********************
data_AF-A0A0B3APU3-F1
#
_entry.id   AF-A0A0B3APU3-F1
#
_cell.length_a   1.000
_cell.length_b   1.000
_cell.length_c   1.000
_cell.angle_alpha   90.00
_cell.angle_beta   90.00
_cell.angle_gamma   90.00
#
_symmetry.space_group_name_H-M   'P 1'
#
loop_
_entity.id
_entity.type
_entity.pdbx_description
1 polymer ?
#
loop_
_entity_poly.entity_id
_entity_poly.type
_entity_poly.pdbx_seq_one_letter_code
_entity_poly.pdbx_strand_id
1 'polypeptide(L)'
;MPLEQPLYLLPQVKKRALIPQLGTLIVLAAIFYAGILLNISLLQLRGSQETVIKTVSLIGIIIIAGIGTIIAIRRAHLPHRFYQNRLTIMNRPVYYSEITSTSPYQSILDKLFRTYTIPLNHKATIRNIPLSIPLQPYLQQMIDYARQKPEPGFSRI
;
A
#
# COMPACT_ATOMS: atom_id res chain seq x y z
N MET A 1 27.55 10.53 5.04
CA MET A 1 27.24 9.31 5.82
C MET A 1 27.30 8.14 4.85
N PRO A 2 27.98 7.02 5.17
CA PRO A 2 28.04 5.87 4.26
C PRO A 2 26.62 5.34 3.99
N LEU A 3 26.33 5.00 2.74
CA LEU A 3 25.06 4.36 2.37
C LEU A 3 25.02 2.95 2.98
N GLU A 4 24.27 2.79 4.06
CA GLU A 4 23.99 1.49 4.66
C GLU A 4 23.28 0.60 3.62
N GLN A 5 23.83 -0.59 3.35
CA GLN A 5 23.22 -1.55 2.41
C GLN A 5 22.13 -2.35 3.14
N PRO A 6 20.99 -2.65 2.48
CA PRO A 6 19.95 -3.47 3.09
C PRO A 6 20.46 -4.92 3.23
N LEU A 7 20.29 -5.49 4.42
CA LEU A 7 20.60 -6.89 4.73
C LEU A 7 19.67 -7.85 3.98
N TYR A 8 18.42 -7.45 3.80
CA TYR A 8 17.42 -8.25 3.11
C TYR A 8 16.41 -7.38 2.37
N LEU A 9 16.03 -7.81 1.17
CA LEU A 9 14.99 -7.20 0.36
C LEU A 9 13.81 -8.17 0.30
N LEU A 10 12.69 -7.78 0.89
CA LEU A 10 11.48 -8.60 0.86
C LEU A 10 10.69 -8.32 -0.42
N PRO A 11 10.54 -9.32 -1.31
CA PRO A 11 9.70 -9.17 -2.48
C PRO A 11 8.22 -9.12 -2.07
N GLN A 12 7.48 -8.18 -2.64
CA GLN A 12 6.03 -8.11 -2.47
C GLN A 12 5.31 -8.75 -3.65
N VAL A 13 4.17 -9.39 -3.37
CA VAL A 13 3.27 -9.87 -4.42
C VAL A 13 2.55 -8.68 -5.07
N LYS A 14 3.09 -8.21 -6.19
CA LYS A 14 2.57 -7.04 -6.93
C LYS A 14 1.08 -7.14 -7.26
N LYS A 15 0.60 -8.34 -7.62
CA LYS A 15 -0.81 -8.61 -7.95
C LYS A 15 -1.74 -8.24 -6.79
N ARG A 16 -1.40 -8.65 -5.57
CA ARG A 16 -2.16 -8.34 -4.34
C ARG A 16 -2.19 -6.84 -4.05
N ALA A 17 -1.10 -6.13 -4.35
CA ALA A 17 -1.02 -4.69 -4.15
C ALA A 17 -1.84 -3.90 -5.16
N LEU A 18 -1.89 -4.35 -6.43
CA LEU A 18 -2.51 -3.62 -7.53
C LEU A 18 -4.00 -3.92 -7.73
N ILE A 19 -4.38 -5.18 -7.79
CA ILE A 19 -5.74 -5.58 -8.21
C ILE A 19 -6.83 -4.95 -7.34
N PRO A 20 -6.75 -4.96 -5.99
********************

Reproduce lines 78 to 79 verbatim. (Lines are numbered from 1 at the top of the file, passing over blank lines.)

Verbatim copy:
C ARG A 16 -2.19 -6.84 -4.05
N ALA A 17 -1.10 -6.13 -4.35